Suspicious seaweed source of serious serial soya sickness saga

posted in: Syndicated | 5

Soy products are in the news due to an impending class action suit against a soy milk substitute distributer, but the culprit is seaweed. Kelp and its extracts can contain toxic amounts of iodine that can affect the thyroid.

Thankfully Greenpeace is not issuing demands for the banning of all seaweeds in food. Hopefully the case might highlight the idea that a balanced overall diet is more important for human health than any particular so called “healthy food”.




Soy product robbed me of joys of motherhood: lawsuit figure
Daniella Miletic
October 1, 2010 The Age, Melbourne

Bonsoy milks the life out of a mother




Erin Downie and 24 other plaintiffs lodge a class action against the distributors of Bonsoy for the product’s toxically high levels of iodine.

ERIN Downie drank Bonsoy when she became pregnant because she was told it was the best soy milk on the market. When she had trouble breastfeeding, she drank more. She put it in her porridge, in her smoothies, in her cups of tea. She never imagined the soy milk would allegedly lead her to be admitted to hospital twice, and leave her so weak that she couldn’t shower herself or pick up her baby, Mirakye, after she was born. 

Crying, Ms Downie yesterday spoke of how her dream of being an active, engaged mother was taken away after her daughter, now two, was born. Ms Downie became sick from toxic levels of iodine – levels she alleges were the result of the copious amounts of Bonsoy she consumed…

 …Bonsoy tested positive for elevated iodine levels, thought to result from a seaweed-derived ingredient called kombu, believed to have been added to Bonsoy by makers in Japan since 2003.

See also
Soy drinkers launch multi-million-dollar class action
ABC Australia Updated Thu Sep 30, 2010 6:35pm AEST

The milk was recalled worldwide shortly before Christmas 2009, but a new version with lower iodine levels has since been returned to sale. (ABC News) The Victorian-based distributor of soy milk brand, Bonsoy, is being sued in a multi-million-dollar class action launched in Melbourne today. The milk was recalled worldwide shortly before Christmas 2009, after a number of people developed thyroid problems related to high levels of iodine. Lawyer Bernard Murphy, of Maurice Blackburn, says the distributor Spiral Foods added a seaweed extract to the milk from 2003 until its recall, raising its iodine count to seven times the safe level. “In that period, scores of people suffered serious health consequences as a result of their consumption of Bonsoy milk,” he said. “Our clients are health conscious people. They drank this milk to improve their health but instead they became sick, some of them critically ill.” The firm maintains there is strong medical evidence that excess iodine consumption causes thyroid conditions which can lead to severe chronic and acute illness. Mr Murphy says at least 25 people have already joined the class action and he expects there will be hundreds more. (more at link)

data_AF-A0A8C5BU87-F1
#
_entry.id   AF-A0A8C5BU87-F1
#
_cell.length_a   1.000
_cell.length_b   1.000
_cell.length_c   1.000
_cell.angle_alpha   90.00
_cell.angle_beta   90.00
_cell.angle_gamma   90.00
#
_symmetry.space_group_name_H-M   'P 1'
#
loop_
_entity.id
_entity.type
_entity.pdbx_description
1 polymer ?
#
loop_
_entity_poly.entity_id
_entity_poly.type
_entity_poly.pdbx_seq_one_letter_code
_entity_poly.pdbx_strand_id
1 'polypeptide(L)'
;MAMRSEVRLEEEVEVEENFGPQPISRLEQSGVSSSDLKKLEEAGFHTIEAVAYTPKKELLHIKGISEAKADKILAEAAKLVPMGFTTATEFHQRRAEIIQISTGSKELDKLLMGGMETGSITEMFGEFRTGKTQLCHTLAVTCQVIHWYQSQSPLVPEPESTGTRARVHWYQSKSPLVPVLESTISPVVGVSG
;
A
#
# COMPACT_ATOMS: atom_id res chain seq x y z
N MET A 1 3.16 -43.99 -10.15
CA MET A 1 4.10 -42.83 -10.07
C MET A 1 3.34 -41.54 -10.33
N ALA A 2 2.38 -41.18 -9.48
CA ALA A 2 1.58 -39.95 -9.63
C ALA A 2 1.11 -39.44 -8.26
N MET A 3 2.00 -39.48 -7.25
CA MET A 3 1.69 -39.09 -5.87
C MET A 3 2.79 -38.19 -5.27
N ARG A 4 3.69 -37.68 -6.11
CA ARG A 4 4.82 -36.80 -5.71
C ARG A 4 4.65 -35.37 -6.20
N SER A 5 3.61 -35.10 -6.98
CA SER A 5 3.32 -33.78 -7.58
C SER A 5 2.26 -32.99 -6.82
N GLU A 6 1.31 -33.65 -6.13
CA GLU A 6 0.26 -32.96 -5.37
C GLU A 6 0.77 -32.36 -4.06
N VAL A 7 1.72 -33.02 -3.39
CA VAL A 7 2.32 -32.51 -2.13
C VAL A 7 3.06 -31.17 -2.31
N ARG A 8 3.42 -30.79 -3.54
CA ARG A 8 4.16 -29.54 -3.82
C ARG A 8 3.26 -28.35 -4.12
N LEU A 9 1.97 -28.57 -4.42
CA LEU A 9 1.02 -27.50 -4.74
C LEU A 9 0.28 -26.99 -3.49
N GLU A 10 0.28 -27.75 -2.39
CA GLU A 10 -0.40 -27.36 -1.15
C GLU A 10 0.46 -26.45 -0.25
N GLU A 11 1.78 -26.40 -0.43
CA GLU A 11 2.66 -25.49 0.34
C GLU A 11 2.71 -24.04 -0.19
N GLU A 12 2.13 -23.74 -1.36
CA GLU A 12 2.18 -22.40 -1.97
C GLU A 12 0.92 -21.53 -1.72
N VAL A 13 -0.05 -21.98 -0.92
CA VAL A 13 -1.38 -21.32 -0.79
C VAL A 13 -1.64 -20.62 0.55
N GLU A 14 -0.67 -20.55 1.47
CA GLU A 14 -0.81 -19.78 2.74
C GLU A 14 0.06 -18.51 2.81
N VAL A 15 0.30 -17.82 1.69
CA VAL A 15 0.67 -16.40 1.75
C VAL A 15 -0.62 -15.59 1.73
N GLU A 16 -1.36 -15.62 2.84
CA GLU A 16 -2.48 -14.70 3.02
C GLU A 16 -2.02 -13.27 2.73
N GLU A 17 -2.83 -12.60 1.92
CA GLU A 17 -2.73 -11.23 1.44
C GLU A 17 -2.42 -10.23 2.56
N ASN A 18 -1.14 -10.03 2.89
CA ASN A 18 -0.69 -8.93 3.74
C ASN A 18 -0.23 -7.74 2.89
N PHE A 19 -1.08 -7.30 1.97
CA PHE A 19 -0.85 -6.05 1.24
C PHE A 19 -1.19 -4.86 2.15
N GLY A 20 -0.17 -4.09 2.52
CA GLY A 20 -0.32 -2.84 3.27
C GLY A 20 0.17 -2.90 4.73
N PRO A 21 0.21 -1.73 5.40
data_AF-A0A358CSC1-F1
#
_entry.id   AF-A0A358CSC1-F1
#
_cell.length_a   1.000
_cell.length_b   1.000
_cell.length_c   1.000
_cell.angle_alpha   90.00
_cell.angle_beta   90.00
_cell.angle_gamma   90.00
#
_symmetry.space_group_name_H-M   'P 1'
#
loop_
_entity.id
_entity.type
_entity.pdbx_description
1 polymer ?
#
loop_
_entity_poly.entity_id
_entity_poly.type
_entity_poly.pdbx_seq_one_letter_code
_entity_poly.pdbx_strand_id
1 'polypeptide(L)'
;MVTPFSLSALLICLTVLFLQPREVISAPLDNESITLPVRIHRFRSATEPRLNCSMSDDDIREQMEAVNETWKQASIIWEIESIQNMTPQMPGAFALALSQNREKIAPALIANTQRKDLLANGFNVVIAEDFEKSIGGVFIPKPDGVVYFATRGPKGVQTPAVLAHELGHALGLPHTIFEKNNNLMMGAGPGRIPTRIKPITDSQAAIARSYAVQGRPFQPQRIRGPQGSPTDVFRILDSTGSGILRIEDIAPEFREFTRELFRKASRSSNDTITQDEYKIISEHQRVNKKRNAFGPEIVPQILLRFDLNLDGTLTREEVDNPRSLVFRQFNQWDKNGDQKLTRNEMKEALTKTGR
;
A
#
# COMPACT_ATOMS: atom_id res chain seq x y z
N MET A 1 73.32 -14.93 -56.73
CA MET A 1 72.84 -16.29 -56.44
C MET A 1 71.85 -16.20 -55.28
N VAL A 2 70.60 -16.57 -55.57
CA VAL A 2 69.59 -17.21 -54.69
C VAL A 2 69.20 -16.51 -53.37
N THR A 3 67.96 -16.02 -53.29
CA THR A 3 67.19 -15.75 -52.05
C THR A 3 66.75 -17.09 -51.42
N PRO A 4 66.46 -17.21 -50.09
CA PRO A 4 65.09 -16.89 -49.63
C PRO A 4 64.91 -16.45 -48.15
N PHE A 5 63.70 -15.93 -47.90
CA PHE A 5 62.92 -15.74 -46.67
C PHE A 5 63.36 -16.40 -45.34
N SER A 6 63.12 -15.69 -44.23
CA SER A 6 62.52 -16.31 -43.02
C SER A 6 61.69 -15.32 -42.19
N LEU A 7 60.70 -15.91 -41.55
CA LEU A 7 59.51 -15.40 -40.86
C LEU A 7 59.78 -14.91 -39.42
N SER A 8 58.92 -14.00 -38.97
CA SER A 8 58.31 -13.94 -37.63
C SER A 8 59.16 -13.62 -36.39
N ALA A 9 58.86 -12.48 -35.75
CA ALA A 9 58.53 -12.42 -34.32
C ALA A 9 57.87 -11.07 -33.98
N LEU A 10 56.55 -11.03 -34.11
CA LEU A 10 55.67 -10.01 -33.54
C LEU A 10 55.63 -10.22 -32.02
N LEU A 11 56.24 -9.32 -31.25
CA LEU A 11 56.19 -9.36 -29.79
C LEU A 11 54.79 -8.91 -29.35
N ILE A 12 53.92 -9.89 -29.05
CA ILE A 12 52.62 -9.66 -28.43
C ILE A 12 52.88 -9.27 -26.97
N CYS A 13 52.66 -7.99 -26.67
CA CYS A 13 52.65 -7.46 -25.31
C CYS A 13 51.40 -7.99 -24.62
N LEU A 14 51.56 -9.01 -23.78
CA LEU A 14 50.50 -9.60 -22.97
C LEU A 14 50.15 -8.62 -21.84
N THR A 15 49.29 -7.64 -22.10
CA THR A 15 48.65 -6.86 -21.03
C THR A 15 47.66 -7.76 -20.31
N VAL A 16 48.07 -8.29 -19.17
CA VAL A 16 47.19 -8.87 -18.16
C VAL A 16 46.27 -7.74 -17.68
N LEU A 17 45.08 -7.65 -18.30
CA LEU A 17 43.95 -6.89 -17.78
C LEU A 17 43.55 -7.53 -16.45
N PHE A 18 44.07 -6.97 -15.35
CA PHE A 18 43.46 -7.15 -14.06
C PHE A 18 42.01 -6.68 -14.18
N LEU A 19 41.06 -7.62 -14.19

The science literature says this, and much more about the health effects of iodine in seaweeds:

Variability of iodine content in common commercially available edible seaweeds.
Teas J, Pino S, Critchley A, Braverman LE.

Abstract

Dietary seaweeds, common in Asia and in Asian restaurants, have become established as part of popular international cuisine. To understand the possibility for iodine-induced thyroid dysfunction better, we collected samples of the most common dietary seaweeds available from commercial sources in the United States, as well as harvester-provided samples from Canada, Tasmania, and Namibia. Altogether, 12 different species of seaweeds were analyzed for iodine content, and found to range from 16 microg/g (+/-2) in nori (Porphyra tenera) to over 8165 +/- 373 microg/g in one sample of processed kelp granules (a salt substitute) made from Laminaria digitata. We explored variation in preharvest conditions in a small study of two Namibian kelps (Laminaria pallida and Ecklonia maxima), and found that iodine content was lowest in sun-bleached blades (514 +/- 42 microg/g), and highest amount in freshly cut juvenile blades (6571 +/- 715 microg/g). Iodine is water-soluble in cooking and may vaporize in humid storage conditions, making average iodine content of prepared foods difficult to estimate. It is possible some Asian seaweed dishes may exceed the tolerable upper iodine intake level of 1100 microg/d..Thyroid. 2004 Oct;14(10):836-41.

Department of Health Promotion Education and Behavior, Norman J. Arnold School of Public Health, University of South Carolina and the South Carolina Cancer Center, Columbia, South Carolina, USA.

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David Tribe is an applied geneticist, teaching graduate/undergrad courses in food science, food safety, biotechnology and microbiology at the University of Melbourne.